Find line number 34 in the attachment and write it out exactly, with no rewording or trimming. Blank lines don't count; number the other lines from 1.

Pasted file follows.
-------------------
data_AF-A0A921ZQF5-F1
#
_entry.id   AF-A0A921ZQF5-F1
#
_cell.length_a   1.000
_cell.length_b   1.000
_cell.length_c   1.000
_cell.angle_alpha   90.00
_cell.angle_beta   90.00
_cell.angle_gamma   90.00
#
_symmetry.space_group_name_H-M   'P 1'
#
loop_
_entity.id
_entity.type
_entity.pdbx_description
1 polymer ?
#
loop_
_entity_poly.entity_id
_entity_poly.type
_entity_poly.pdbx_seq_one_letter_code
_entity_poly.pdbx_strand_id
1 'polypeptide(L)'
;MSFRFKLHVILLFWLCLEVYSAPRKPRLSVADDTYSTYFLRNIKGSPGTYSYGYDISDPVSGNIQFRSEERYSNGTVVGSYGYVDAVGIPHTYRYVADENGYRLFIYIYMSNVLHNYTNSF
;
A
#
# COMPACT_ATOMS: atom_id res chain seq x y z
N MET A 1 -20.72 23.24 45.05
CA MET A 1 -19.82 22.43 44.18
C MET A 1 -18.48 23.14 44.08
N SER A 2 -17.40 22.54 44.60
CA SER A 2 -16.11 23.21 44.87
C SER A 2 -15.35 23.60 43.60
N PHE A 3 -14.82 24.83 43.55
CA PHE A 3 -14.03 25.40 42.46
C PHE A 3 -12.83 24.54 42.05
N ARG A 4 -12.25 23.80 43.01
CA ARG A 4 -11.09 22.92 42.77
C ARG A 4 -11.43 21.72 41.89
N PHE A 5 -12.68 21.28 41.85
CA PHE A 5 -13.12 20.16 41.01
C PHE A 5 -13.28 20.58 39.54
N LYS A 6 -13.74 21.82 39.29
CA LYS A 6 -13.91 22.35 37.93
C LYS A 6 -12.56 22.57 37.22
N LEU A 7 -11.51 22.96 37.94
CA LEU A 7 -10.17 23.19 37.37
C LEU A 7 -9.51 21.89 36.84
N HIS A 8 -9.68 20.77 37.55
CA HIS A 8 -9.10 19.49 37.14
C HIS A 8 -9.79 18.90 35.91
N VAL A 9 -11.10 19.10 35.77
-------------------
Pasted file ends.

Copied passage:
N SER A 2 -17.40 22.54 44.60